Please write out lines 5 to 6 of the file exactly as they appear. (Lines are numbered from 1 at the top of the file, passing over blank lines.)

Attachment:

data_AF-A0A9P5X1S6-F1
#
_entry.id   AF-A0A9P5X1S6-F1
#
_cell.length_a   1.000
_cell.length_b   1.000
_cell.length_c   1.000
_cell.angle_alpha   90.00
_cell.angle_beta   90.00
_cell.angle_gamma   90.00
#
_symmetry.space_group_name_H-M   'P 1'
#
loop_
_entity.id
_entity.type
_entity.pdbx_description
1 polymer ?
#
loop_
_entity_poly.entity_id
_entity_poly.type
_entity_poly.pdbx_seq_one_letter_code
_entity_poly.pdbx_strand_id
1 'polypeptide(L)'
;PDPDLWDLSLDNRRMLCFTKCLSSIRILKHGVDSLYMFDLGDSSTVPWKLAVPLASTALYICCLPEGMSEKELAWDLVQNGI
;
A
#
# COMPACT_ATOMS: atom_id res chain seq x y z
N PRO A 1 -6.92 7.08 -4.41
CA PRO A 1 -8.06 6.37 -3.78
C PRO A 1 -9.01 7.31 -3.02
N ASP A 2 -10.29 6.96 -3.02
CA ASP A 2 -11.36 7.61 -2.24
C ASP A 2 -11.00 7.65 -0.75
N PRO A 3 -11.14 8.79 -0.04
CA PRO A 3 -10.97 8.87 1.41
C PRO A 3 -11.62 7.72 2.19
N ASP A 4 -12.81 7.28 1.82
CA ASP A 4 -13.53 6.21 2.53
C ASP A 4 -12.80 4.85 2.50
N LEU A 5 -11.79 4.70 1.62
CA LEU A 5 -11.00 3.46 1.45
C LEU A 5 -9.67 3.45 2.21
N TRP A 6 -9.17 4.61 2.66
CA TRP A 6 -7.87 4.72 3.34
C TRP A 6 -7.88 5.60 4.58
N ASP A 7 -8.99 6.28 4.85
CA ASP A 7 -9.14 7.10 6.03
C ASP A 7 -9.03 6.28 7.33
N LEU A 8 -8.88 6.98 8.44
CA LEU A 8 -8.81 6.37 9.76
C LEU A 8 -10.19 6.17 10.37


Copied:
_cell.length_a   1.000
_cell.length_b   1.000